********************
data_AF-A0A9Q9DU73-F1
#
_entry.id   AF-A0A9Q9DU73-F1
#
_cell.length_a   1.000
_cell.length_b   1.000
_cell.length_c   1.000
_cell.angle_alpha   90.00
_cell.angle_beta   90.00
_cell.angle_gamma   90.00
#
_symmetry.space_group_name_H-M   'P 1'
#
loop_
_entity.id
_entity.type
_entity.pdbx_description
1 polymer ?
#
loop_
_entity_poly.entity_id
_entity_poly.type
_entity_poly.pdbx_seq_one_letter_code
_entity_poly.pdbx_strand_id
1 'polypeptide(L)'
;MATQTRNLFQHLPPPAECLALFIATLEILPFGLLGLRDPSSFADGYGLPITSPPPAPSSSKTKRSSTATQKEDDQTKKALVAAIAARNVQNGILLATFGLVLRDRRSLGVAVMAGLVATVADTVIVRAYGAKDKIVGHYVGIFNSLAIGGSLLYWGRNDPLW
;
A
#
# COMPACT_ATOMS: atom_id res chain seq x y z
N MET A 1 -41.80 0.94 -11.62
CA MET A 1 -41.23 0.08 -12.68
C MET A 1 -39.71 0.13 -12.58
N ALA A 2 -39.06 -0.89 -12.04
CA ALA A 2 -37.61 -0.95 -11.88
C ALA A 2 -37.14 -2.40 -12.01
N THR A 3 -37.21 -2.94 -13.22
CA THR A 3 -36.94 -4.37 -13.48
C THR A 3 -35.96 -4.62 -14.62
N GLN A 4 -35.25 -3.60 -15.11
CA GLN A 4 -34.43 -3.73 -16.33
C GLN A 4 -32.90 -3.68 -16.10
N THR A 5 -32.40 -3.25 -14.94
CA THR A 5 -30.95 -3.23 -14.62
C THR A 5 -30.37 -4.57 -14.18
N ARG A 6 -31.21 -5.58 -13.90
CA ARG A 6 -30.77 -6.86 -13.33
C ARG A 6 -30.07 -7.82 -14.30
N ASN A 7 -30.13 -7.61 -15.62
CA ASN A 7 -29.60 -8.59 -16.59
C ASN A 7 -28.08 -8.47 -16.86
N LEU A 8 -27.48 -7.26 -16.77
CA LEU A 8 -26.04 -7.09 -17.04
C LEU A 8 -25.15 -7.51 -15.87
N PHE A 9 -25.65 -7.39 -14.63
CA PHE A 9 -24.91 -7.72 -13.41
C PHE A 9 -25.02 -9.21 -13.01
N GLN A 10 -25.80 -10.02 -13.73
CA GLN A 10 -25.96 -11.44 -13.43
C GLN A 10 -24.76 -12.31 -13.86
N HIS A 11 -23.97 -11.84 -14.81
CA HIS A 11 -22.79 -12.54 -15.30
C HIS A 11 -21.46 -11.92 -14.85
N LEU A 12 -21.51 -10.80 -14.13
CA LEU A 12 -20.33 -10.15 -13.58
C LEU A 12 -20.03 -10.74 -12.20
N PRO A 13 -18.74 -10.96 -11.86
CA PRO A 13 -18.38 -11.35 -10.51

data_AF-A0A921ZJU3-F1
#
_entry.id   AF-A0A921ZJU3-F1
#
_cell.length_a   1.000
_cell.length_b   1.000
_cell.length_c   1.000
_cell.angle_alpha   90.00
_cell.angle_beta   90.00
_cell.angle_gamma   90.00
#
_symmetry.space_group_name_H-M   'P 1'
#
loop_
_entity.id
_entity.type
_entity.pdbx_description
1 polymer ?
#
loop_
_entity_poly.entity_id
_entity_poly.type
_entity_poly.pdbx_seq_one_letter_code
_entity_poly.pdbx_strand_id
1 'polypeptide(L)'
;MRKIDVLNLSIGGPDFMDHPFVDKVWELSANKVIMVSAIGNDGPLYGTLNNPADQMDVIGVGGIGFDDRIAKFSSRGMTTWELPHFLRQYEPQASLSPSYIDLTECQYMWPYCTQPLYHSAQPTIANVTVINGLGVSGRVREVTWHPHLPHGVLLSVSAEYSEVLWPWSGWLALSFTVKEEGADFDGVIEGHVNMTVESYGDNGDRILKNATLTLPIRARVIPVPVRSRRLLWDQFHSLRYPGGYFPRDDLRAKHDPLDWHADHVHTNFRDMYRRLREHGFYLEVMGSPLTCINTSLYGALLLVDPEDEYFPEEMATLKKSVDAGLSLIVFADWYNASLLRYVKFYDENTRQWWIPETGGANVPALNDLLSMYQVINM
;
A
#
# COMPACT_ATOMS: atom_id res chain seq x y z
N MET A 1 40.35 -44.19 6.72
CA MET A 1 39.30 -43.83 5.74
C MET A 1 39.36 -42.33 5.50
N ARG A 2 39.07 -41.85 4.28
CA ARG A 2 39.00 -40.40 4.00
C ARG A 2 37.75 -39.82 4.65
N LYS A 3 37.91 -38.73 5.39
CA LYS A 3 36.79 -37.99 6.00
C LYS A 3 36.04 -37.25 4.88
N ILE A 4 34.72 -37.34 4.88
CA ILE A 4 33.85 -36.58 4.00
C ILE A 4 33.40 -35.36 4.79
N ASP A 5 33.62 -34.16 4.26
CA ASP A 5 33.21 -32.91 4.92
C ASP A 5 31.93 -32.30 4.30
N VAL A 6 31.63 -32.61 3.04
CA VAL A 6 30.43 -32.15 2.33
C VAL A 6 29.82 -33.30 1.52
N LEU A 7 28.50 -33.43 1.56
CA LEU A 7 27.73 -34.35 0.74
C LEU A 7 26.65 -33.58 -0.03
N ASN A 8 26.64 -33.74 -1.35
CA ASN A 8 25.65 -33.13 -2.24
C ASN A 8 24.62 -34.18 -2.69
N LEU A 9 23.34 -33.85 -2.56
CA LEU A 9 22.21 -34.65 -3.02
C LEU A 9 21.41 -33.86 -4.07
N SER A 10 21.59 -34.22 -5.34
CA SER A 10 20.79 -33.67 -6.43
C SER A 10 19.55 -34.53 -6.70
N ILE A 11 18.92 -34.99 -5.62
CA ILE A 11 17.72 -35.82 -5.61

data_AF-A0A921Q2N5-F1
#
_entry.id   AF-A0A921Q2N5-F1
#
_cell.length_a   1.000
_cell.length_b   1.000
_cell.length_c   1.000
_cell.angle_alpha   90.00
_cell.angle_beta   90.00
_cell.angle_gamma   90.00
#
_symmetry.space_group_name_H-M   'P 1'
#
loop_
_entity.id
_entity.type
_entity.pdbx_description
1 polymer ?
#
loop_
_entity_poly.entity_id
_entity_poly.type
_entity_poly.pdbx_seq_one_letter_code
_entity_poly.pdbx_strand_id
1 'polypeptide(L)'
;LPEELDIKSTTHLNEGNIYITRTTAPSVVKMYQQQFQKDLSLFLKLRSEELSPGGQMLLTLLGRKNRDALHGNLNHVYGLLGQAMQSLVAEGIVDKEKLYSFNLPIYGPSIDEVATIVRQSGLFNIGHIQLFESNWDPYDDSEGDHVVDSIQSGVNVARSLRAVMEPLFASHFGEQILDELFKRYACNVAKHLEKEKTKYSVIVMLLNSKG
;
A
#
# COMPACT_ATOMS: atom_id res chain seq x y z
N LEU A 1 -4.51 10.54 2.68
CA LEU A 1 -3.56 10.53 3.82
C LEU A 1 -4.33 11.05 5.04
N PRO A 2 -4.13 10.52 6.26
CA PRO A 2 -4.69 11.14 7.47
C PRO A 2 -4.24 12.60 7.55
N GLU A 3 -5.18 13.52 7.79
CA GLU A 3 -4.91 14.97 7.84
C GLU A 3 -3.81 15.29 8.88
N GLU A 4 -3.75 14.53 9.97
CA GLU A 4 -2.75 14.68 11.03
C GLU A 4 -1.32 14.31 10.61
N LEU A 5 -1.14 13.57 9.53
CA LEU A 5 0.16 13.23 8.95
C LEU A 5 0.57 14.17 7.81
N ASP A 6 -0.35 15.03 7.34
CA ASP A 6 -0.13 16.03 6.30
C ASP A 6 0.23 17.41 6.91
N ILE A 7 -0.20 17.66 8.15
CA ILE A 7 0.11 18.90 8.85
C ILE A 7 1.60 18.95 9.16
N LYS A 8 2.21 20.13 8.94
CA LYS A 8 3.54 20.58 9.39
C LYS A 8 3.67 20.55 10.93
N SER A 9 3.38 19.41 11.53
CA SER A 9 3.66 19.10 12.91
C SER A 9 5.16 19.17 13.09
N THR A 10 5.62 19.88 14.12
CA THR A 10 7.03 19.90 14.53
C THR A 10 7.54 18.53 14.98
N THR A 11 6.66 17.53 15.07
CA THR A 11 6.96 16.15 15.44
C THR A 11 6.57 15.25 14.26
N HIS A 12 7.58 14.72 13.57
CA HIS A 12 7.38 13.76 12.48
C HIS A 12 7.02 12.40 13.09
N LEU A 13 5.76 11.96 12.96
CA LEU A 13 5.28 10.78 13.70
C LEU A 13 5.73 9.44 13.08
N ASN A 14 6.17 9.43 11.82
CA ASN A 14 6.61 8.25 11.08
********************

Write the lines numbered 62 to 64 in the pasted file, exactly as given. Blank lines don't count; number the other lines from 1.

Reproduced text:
CA HIS A 11 -22.79 -12.54 -15.30
C HIS A 11 -21.46 -11.92 -14.85
N LEU A 12 -21.51 -10.80 -14.13